To put it simply, before I die I want to taste the BEST chocolate in the world. So I did my research.
Lindt Chocolate Creme Brulee - taken from chocolate-snob.blogspot.com
At the moment, my favorite chocolate is Lindt Petit Desserts Creme Brulee. It’s a sumptuous milk chocolate bar with sweet creme brulee and crunchy toffee chips inside… And my mouth is watering just THINKING about it!
But its apparently not the best in the world, so back to that. After an intensive search of the interwebz, I found one brand in particular that consistently makes the list of Best Chocolate, year after year. 2009 was the fourth year running that they’ve won the Annual World Chocolate Awards. I’m talking about Amedei.
Amadei was founded by Alessio and Cecilia Tessieri in Tuscany – close to Pisa, Italy. The taste tester from Food & Wine raved about his visit to their factory. It’s hard work making artisan chocolate! He outlined the steps: “You import cacao beans from plantations. You roast them and husk them and grind the cacao nibs into a fine paste. You add sugar and grind some more. Finally you swirl the mixture in open tanks called conches, which smooths the texture while helping to blow off acids and other nasty flavors. It’s complicated, demanding work, and few small companies even attempt it.”
The siblings started off just making candy, but then moved onto chocolates. Since the Tessieris wanted to be the best, they went to France to visit the leading chocolatier at the time: Vahlrona. Vahlrona pissed them off, sent them home with nothing, and basically told them that Italy wasn’t sophisticated enough to appreciate their exquisite French chocolate. This was probably one of the stupidest mistakes Vahlrona could ever make. Alessio and Cecilia wanted revenge.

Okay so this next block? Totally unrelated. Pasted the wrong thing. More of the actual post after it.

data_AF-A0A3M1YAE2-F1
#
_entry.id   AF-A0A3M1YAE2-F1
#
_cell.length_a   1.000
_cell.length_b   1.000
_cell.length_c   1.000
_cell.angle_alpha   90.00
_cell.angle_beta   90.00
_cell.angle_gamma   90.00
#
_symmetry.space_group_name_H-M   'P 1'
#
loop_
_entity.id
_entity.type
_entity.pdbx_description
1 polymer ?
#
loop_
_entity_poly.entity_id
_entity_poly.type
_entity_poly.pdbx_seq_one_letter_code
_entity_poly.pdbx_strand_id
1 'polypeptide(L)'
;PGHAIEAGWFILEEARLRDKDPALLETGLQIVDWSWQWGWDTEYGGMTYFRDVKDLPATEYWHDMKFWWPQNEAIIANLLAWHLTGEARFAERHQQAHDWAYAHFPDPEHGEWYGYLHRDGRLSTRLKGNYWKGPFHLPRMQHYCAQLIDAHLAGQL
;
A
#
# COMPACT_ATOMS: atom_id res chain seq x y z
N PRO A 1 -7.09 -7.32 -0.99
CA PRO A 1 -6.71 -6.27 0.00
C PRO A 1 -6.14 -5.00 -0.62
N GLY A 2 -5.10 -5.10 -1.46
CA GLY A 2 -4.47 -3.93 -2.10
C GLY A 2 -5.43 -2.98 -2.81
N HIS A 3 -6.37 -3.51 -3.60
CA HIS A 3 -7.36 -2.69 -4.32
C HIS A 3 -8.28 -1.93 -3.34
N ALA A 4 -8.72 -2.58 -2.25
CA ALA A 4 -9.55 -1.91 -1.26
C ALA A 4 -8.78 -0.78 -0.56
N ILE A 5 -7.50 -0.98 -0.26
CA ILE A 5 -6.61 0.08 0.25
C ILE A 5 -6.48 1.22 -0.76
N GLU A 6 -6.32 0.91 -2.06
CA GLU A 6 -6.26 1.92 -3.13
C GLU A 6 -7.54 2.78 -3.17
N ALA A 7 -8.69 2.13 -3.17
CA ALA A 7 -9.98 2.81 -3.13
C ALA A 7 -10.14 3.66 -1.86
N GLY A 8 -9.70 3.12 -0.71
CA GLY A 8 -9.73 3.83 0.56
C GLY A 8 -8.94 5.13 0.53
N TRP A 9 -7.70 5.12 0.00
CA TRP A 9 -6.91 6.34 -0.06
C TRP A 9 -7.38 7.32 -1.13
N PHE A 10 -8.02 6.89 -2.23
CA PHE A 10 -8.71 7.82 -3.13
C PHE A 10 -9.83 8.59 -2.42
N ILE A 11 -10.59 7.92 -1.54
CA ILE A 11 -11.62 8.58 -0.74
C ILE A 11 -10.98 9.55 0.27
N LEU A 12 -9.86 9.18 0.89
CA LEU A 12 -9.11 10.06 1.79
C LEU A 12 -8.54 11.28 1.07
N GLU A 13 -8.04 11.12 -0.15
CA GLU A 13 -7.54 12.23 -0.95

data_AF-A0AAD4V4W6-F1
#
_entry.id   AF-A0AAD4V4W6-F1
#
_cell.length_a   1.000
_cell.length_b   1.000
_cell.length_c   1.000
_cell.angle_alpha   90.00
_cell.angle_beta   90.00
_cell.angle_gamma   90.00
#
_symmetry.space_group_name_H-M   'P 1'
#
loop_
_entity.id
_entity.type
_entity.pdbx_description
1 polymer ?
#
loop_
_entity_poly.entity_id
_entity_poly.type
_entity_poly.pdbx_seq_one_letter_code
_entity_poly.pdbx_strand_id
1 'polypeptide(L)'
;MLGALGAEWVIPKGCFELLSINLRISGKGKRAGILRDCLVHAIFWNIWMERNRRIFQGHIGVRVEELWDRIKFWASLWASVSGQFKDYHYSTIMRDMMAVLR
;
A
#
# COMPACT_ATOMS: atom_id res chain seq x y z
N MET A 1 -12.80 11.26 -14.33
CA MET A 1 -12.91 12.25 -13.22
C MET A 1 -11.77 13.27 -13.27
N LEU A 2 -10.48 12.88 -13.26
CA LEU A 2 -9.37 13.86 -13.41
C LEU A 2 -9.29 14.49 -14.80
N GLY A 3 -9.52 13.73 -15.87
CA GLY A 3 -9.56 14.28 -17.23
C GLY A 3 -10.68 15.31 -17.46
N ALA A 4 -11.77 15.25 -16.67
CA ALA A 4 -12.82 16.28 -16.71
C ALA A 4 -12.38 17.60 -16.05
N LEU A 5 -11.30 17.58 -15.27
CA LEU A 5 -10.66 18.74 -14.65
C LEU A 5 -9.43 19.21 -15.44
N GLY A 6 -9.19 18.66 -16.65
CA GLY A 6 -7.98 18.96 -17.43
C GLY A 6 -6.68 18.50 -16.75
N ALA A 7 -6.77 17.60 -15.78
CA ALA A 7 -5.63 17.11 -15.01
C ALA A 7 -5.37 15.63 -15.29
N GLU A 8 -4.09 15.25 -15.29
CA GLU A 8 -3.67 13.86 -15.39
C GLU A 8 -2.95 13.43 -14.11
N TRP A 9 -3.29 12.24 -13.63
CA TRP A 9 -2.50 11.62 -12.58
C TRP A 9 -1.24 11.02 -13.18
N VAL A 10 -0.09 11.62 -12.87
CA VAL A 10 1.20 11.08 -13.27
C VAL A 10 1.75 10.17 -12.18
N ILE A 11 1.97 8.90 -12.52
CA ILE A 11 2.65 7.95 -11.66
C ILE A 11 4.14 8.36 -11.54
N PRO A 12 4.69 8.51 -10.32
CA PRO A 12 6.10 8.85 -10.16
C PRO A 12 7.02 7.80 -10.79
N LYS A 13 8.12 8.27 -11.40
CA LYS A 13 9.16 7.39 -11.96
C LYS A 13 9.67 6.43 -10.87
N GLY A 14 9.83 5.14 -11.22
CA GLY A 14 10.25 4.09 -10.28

The Tessieri’s went back to Italy determined to succeed. And kick some French ass. And they did! They negotiated with farmers from Chuao, where the best Venezuelan cacao beans are made. The climate is perfect for growing cacao beans, the “soil is naturally irrigated”, and they’ve been growing stuff there for centuries. And now, after negotiations, all of it was being sent to Amedei instead of Vahlrona. And to secure this bond, they have strong personal relationships with the farmers (they offered to pay off their debts, donate baseball jerseys for a local teams, etc.)
The Tessieri’s passion for chocolate excellence, as well as meticulous research and testing obviously shows. People who tried the exclusive chocolate gave rave reviews, the most significant from the official Food & Wine review:
“This time, I had trouble picking individual voices out of the choir. I mostly remember the overall sensation of getting all the deliciousness any sane person could want.” -Pete Wells
And there you have it. The best chocolate is Italian! And it’s super expensive. As Wells said after he tried his first Amedei chocolate: “I knew that I wanted more, but at $100 a pound it would be cheaper to fly to Italy and go to the factory myself, which is what I did. This might make me the first traveler in history who went to Tuscany to save money on a candy bar.” Whatever. It’s worth the check off my bucket list, right? What do you think?